Choctaw Bass: FL wildlife officials say they've discovered new species of fish

2:52 PM, May 7, 2013   |    comments
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FWC scientists caught a previously unidentified black bass species during sampling in Holmes Creek in the Florida Panhandle. They proposed naming the fish the Choctaw Bass. Photo courtesy FWC



TALLAHASSEE, Florida (AP) - Florida wildlife officials say they've discovered a new species of fish in the southeastern U.S.

Florida Fish and Wildlife Conservation Commission scientists say the fish they have found is a new species of black bass. They've proposed naming it the Choctaw bass, with the scientific name of Micropterus haiaka.

The discovery was revealed at a meeting of the Southern Division of the American Fisheries Society earlier this year.

The wildlife commission says scientists first noticed a new DNA profile while testing a bass specimen from the Chipola River in 2007 as part of a broader genetic study of bass.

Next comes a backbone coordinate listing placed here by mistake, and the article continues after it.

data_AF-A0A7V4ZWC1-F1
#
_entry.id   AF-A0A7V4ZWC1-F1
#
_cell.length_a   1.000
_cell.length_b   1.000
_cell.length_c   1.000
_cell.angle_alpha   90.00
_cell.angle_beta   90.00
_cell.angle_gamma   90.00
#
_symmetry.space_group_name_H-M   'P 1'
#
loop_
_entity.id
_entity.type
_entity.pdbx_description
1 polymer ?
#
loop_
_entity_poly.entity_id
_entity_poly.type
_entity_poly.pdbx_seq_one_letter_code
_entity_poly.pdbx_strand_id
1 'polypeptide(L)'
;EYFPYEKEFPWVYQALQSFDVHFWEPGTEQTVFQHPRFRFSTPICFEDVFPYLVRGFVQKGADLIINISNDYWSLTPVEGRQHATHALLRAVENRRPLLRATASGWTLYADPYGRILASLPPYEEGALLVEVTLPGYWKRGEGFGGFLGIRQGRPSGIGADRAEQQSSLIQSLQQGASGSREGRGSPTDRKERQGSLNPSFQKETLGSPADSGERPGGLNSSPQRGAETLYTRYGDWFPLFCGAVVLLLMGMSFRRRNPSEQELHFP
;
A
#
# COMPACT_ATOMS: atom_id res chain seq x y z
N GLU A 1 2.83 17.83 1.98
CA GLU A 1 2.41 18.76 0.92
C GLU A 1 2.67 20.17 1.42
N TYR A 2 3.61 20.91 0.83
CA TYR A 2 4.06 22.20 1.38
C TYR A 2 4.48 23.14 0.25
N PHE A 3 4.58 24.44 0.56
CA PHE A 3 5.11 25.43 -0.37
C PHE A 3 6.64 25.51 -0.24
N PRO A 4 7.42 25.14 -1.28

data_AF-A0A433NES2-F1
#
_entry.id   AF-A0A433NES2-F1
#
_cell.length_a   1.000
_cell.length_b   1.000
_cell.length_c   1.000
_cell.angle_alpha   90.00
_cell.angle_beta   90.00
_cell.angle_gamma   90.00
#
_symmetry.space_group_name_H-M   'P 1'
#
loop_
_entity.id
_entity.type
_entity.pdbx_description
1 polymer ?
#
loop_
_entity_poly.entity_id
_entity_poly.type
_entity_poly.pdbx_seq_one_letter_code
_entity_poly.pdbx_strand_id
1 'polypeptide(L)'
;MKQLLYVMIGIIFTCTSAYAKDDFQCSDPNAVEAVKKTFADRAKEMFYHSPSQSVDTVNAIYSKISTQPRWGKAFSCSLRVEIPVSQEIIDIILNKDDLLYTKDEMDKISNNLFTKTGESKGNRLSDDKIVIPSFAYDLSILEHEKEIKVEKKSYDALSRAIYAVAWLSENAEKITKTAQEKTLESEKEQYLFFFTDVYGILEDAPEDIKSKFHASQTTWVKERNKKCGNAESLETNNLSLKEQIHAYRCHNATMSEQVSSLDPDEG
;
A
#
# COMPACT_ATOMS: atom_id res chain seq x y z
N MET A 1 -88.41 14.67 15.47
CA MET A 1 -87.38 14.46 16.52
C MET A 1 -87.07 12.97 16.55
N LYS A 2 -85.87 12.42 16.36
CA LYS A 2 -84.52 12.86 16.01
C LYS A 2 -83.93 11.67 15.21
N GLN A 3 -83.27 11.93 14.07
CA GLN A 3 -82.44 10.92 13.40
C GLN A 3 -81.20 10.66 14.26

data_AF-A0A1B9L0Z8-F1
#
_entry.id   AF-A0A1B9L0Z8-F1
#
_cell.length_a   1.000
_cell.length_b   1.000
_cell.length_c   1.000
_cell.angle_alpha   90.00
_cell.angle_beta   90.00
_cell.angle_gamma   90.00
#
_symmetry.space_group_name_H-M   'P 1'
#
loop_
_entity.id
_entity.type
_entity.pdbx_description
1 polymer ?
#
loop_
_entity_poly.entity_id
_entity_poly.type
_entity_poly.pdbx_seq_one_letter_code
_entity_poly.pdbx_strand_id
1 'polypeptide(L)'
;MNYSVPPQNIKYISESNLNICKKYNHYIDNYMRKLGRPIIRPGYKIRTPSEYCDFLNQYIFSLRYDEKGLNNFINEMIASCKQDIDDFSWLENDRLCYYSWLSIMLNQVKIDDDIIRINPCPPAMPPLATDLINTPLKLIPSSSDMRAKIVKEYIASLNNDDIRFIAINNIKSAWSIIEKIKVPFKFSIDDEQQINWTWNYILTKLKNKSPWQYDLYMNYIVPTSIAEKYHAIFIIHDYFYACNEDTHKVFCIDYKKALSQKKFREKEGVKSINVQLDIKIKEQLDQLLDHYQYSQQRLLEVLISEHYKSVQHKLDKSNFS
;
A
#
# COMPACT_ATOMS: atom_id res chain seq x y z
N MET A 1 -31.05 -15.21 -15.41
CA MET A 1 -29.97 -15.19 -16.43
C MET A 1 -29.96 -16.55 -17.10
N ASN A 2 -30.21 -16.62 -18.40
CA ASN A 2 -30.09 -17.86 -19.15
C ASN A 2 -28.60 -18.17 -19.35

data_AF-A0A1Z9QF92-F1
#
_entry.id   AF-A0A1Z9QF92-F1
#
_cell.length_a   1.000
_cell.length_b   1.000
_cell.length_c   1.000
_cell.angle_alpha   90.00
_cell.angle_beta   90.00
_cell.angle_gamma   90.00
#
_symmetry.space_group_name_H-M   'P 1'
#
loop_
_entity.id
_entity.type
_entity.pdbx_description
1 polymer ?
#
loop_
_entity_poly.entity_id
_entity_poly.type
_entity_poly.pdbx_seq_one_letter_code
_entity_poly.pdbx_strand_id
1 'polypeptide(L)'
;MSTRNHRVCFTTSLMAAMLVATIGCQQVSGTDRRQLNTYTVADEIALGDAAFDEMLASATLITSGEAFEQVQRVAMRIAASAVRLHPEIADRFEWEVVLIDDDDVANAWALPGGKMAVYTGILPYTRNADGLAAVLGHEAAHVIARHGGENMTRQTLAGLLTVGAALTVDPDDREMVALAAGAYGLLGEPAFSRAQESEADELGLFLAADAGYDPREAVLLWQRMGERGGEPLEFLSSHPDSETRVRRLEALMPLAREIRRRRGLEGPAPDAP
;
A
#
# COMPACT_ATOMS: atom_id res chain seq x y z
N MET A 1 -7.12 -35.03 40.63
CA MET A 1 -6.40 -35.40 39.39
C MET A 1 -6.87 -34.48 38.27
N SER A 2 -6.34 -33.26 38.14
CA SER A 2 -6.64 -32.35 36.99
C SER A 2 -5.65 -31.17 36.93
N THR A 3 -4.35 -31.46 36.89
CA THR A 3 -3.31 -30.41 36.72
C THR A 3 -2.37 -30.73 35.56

"We didn't set out to find a new species. It found us," said Mike Tringali, head of the genetics laboratory at the wildlife commission's Fish and Wildlife Research Institute.

The new species later was found in coastal river systems in Alabama and the western Florida Panhandle.

The new fish's name was chosen because its range overlaps the historic range of the Native American Choctaw, Tringali said.

"Haiaka" is a Choctaw word meaning "revealed" or "manifest," he said.

The American Fisheries Society still must approve the proposed scientific name.

Scientists say the Choctaw bass is physically very similar to the spotted bass, and that's why no one had previously distinguished the two different species, in spite of decades of bass research.

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